family and friends of the author to celebrate their success. It’s a little like
a graduation. Judge the number of people who will come by that measure. Keeping
that in mind, what can I share about a successful launch?
Location. We chose to go with the upstairs bar at our indie bookstore for several reasons. The space is frequently used for book launches: it has a stage, a sound system, and staff familiar with the entire process. By holding it there, it guaranteed free advertising on their website, and the book in their new releases section, and, the week of the launch, in their front window. There is a charge for the space, but for us the benefits were well-worth the cost.
Even though the space is downtown, on a Sunday
night there is plenty of free parking, and it’s close to public transit, both
Day and Time: Because our author had friends and family
coming from some distance, a weekend was ideal. Saturday night looks good at
first glance, but there is competition for the space, for parking, for the musicians’
bookings. So we chose Sunday from seven to nine p.m: after dinner to not too
late. Sunday afternoon worked well for another of our authors last winter, for most
of the same reasons.
Format: The author’s book and her reading were the
focus of the evening, but not the only entertainment. Two other authors with
our press did very brief readings, and there were live musicians. Between the readings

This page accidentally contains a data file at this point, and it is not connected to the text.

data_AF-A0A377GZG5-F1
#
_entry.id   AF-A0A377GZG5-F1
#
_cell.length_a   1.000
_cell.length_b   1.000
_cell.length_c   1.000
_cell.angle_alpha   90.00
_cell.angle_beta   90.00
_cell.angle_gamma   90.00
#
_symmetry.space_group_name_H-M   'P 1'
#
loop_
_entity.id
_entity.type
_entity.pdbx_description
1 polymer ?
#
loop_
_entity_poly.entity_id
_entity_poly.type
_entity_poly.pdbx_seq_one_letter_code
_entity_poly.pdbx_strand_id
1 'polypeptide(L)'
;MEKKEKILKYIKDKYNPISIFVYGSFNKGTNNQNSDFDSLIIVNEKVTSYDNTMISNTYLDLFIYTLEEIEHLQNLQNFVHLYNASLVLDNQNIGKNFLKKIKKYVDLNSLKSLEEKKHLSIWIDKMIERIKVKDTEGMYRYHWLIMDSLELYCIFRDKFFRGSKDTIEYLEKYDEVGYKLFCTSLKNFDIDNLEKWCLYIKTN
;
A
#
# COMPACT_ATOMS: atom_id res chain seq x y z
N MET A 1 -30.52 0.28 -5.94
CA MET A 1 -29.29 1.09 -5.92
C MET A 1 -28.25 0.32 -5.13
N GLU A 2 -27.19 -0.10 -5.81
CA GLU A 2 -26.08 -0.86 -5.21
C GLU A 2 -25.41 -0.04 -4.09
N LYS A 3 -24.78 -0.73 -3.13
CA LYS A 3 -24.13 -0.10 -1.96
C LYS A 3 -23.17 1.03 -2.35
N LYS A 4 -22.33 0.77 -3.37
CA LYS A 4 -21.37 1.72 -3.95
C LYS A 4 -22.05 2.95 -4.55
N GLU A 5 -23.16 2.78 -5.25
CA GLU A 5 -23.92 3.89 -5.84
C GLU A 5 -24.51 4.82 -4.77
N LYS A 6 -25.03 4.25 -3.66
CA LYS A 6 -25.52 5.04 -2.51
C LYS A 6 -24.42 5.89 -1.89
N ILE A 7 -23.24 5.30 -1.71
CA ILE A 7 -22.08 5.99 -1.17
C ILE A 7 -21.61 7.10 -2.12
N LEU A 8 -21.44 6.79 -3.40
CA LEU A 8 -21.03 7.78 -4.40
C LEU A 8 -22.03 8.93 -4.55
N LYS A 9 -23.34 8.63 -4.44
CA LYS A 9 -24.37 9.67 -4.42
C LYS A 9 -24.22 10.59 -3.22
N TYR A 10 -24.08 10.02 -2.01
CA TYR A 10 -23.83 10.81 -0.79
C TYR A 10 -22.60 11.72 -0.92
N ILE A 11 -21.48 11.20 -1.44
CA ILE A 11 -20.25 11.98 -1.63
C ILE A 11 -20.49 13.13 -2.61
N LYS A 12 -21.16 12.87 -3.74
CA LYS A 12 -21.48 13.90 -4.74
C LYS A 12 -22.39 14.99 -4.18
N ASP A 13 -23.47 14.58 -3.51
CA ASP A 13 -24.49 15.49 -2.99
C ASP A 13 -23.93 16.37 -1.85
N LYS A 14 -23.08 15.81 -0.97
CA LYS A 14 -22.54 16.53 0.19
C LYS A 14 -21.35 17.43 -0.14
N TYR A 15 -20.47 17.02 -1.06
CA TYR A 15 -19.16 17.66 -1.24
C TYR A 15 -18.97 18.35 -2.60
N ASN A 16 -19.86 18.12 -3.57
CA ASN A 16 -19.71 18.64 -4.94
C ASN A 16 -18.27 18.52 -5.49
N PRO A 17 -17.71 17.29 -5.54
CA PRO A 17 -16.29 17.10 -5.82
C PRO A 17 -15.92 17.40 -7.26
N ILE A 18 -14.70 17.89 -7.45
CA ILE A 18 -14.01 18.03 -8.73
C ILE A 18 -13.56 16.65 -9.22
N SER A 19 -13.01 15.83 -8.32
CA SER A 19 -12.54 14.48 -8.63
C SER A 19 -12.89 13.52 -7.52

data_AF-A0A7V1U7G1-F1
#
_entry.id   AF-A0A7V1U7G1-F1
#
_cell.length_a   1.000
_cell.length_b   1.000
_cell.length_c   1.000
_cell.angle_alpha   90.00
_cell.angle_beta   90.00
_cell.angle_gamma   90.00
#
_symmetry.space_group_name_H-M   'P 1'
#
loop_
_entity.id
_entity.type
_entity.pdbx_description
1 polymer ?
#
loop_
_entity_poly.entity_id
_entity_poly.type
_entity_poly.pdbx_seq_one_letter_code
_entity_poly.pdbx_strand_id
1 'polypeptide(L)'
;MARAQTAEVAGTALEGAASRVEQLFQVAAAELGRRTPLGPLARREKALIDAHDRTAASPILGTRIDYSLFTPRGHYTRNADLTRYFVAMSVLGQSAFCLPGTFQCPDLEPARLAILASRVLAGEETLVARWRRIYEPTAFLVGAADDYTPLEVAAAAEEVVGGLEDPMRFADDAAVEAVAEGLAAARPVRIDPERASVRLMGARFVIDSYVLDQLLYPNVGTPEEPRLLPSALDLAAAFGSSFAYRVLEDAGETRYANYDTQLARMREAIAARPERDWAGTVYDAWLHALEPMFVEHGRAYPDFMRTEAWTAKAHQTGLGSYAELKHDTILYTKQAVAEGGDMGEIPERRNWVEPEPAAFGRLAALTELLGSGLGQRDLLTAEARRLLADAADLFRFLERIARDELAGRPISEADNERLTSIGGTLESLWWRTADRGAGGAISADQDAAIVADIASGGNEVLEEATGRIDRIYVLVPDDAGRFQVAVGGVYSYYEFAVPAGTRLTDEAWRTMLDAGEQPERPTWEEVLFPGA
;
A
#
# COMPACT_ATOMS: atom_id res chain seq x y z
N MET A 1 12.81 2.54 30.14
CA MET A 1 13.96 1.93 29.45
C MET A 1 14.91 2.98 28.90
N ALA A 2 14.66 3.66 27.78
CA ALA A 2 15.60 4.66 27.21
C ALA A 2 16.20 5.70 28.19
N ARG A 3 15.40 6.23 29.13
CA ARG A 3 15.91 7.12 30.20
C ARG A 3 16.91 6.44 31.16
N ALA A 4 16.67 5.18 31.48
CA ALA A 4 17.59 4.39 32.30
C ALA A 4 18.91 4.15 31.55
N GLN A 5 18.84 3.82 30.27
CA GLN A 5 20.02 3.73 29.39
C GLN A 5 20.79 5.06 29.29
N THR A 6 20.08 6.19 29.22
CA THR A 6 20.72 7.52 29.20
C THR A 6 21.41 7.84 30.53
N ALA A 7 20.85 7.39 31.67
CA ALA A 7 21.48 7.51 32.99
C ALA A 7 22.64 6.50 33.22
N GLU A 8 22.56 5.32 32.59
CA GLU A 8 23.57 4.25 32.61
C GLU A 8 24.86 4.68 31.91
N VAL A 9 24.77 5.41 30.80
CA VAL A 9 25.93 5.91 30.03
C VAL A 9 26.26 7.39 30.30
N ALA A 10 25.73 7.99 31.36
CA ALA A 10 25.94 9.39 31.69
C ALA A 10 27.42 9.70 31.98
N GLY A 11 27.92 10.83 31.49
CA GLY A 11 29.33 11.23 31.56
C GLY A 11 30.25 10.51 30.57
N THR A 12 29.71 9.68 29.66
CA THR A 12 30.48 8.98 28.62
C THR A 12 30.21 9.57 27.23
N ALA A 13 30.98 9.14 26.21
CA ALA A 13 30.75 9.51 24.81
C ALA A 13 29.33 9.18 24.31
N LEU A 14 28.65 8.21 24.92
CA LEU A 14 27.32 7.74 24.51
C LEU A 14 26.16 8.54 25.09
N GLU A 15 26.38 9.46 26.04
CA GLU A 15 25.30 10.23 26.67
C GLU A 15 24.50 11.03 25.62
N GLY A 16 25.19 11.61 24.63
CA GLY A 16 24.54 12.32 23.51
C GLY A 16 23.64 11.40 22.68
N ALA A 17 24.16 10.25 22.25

by the ‘warm-up act’ readers, and the author, the duo played two songs specific
to the era and location in which her book is set, taking those of us old enough
to remember (most of us) to Montreal in the late 60s.
Other readers help reduce the author’s anxiety,
and it also encourages friends and family of those people to attend. Reading
before the author means that any adjustments to the sound system or the lights that
weren’t picked up in the sound check don’t fluster the author, and it settles
We had an MC, a member of our press collective who
is trained in drama and improv, but any outgoing person who can think on their
feet can take this role. We also had a schedule, and she did a fine job of
keeping us to it.
Book Sales: at the back of the room, with the author’s signing table well away from it to not block the flow of people. Once someone has the book in their hand, they’ll wait for the signing, whereas they may get impatient with waiting to both purchase and get the book signed. I suggest a tablecloth, stands to show off the books, clear pricing, plenty of small bills for change, a receipt book, bags for the few who want them, and, if possible, the ability to take credit and debit cards. We use the Square, and having it meant we sold a third more books than we would have otherwise. We’d also anticipated (too late) the possibility of selling out, so had created vouchers for people who wanted books but couldn’t get one.